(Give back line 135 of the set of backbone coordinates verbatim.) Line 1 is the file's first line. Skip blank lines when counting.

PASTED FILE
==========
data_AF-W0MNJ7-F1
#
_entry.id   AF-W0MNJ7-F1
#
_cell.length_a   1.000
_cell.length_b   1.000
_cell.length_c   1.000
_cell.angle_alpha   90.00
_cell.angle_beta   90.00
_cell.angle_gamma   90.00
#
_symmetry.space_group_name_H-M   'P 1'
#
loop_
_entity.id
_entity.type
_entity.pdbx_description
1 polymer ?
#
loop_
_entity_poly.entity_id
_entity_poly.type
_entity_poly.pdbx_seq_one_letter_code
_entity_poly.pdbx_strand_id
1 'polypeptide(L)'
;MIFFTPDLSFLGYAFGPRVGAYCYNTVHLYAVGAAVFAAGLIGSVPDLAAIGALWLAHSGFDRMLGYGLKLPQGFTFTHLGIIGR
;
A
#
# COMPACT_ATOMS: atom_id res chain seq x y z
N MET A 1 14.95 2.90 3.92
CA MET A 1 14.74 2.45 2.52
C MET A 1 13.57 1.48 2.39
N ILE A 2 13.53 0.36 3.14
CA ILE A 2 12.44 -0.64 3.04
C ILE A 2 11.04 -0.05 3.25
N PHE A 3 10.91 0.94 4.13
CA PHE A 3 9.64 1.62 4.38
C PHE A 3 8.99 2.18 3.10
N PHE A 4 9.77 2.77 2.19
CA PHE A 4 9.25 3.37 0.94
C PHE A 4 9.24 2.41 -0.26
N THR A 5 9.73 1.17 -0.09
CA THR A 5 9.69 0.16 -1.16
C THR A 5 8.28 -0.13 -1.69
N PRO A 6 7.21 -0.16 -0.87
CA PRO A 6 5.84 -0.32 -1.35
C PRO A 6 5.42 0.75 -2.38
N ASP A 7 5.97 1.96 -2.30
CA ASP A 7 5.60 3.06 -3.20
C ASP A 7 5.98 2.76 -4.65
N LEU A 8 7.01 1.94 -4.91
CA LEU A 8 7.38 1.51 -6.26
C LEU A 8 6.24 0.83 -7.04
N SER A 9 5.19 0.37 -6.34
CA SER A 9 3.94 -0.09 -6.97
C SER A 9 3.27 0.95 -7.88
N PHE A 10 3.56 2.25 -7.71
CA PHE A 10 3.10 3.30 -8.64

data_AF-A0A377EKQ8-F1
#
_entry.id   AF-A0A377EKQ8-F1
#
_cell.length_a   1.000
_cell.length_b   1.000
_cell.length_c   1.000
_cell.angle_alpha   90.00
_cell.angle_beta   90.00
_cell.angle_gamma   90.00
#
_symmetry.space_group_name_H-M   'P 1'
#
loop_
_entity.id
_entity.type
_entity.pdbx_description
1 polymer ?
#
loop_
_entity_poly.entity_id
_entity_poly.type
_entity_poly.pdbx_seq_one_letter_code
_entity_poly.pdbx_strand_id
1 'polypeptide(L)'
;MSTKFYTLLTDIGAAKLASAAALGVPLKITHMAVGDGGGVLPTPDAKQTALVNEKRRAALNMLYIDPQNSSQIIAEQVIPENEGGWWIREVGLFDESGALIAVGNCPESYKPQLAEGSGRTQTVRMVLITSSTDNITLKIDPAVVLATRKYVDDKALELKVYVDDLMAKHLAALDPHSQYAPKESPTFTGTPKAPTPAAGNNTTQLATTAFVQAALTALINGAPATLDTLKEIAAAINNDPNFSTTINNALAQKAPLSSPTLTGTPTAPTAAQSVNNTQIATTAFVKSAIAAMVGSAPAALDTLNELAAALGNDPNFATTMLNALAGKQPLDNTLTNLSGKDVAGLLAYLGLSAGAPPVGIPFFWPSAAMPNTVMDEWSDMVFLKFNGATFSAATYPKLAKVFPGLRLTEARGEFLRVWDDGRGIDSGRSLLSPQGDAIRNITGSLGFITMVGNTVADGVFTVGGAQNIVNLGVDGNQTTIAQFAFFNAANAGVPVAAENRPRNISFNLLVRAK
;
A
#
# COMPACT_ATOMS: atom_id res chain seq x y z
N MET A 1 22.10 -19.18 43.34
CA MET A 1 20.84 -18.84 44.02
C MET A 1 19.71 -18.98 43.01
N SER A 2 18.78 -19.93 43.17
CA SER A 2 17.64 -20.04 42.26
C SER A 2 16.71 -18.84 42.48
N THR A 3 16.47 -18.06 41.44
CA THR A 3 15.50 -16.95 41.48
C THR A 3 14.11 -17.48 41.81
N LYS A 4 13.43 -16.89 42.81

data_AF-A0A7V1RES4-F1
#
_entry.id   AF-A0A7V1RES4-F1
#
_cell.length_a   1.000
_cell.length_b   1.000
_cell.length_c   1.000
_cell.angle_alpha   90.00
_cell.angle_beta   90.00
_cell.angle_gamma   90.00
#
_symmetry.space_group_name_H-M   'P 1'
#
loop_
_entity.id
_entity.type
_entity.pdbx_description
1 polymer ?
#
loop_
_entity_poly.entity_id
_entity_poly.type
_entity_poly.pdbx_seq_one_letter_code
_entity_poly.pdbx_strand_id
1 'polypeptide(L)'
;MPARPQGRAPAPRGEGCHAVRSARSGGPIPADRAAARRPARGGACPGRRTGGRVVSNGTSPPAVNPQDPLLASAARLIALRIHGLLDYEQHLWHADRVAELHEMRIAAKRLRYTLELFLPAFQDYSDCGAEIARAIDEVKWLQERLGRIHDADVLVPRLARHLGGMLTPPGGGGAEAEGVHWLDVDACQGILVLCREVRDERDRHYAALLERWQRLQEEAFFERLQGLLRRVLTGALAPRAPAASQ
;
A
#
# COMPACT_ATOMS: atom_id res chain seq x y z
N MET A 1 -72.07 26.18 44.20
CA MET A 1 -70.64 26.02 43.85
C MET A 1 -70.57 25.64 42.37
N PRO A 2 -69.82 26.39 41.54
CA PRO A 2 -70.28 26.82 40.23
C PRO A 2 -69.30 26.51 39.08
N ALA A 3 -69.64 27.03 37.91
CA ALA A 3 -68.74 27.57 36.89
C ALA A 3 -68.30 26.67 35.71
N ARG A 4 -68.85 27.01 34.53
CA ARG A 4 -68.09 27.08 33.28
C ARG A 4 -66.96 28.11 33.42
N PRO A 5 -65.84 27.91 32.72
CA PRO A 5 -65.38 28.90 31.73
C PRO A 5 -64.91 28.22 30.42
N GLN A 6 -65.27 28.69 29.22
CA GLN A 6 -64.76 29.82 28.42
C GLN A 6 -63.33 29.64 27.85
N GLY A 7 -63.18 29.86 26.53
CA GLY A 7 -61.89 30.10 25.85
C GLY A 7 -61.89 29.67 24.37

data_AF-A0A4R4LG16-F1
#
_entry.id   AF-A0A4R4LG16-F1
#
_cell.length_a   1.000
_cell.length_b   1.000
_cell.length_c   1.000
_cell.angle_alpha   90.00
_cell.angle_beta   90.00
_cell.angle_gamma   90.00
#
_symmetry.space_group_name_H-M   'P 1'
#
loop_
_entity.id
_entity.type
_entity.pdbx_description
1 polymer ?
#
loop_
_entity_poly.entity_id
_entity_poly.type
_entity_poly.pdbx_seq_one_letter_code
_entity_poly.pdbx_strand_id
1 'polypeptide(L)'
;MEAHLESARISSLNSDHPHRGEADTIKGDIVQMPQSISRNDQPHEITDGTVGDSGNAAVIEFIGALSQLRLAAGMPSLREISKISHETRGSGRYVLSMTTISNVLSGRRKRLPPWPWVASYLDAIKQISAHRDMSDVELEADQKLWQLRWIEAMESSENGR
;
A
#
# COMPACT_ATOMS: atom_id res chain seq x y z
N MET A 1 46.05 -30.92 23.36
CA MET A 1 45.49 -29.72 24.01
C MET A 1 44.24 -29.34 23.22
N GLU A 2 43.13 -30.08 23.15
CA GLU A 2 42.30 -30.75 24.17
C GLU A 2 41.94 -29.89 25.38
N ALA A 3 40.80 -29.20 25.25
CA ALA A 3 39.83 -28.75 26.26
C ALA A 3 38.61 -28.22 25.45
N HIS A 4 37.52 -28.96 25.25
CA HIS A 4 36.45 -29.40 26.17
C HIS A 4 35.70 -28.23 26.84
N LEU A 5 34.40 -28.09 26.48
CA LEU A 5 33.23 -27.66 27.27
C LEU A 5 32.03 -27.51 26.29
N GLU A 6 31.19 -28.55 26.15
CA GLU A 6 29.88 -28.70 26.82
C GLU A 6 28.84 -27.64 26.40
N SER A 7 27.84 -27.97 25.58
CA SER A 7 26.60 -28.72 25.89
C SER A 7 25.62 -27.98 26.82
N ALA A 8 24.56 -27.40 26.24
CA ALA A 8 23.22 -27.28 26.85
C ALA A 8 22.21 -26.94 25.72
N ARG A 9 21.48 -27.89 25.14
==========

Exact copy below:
C PRO A 2 -69.30 26.51 39.08